My Night With Reg

Previewed 17 January 2015, Opened 23 January 2015, Closed 11 April 2015 at the Apollo Theatre in London

The Donmar Warehouse's acclaimed production of Robert Hastie's 20th Anniversary revival of Kevin Elyot's comedy My Night With Reg in London for a strictly limited 12 week season.

Summer 1985. At Guy's London flat old and new friends gather to party through the night, but their world is about to change forever. Both funny and bittersweet Kevin Elyot's play captures the fragility of friendship, happiness and life itself. This production transfers to the West End's Apollo Theatre following an acclaimed sold-out run at the Donmar Warehouse Theatre from July to September 2014. Please note: This production contains smoking and nudity.

The cast features Matt Bardock, Jonathan Broadbent, Richard Cant, Julian Ovenden, Lewis Reeves and Geoffrey Streatfeild who all reprise their roles from the Donmar Warehouse. Please note casting is subject to change without notice. Directed by Robert Hastie with designs by Peter McKintosh, lighting by Paul Pyant and sound by Gregory Clarke. Julian Ovenden's West End stage credits include Jonathan Kent's staging of the new musical Marguerite (Haymarket Theatre 2008) and Adrian Noble's revival of Oscar Wilde's A Woman of No Importance (Haymarket Theatre 2003). Kevin Elyot's West End credits include a new stage adaptation by Kevin Elyot of Agatha Christie's And Then There Were None (Gielgud Theatre 2006).

This is the play's first West End revival following the original production which was initially staged at the Royal Court Theatre Upstairs in April 1994 before transferring to the West End's Criterion Theatre in November 1994 and then to the Playhouse Theatre in June 1995, playing for a total of ten months, winning both Olivier and Evening Standard Awards.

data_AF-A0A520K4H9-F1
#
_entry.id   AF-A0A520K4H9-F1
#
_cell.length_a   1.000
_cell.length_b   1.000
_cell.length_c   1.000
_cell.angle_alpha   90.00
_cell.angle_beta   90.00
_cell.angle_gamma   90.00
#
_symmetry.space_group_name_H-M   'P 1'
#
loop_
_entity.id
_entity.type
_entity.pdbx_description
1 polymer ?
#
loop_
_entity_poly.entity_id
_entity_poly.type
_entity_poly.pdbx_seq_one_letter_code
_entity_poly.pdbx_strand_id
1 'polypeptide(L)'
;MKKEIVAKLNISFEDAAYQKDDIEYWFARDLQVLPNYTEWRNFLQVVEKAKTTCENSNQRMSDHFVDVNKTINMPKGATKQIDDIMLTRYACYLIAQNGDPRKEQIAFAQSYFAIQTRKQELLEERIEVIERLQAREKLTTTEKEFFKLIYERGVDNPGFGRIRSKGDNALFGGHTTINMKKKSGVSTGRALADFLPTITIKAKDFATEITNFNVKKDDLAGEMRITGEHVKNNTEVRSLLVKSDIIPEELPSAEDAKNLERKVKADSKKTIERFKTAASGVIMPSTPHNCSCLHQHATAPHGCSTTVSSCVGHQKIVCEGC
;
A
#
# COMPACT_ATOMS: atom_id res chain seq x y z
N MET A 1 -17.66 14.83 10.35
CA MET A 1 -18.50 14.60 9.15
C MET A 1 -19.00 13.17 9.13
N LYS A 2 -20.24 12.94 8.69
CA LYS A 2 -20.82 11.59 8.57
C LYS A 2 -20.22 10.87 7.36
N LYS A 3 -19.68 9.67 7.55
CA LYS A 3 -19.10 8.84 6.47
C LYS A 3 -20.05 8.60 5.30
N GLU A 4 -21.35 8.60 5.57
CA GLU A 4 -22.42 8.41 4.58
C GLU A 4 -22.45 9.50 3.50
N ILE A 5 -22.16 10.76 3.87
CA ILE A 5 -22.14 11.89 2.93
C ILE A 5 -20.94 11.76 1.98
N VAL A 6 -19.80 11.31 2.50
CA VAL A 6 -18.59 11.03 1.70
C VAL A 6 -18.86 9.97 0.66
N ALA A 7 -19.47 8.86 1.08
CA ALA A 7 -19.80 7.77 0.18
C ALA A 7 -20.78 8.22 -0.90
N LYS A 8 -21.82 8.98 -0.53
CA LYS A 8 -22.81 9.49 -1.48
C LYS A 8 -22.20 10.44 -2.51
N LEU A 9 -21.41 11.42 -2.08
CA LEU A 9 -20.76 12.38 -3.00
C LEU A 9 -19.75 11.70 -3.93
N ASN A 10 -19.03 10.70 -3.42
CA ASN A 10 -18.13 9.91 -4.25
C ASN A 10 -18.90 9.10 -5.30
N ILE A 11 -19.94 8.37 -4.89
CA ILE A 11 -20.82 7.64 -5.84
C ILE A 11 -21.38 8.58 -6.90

When this production transferred to the West End's Apollo Theatre in January 2015, Dominic Cavendish in the Daily Telegraph hailed it as being "the most artificial and the truest, the funniest and most searing play to be found on the London stage. It matters absolutely that all the characters in it are gay, and it matters not a jot." Fiona Mountford in the London Evening Standard wrote that "Robert Hastie's Donmar Warehouse revival takes up its rightful place in the West End... British drama doesn't get better than this." Dominic Maxwell in the Times praised as "a first-rate revival of a first-rate play: an exceptional ensemble in a cannily plotted, adroitly painful story... that is part farce, part tragedy and wholly worth seeing." Ian Shuttleworth in the Financial Times highlighted how "Kevin Elyot balances the drawing-room comedy and the poignancy with rare delicacy. Robert Hastie, following his first full Donmar directorial credit, fully deserves this West End transfer, and shows himself every bit as sensitive to the balance as Elyot."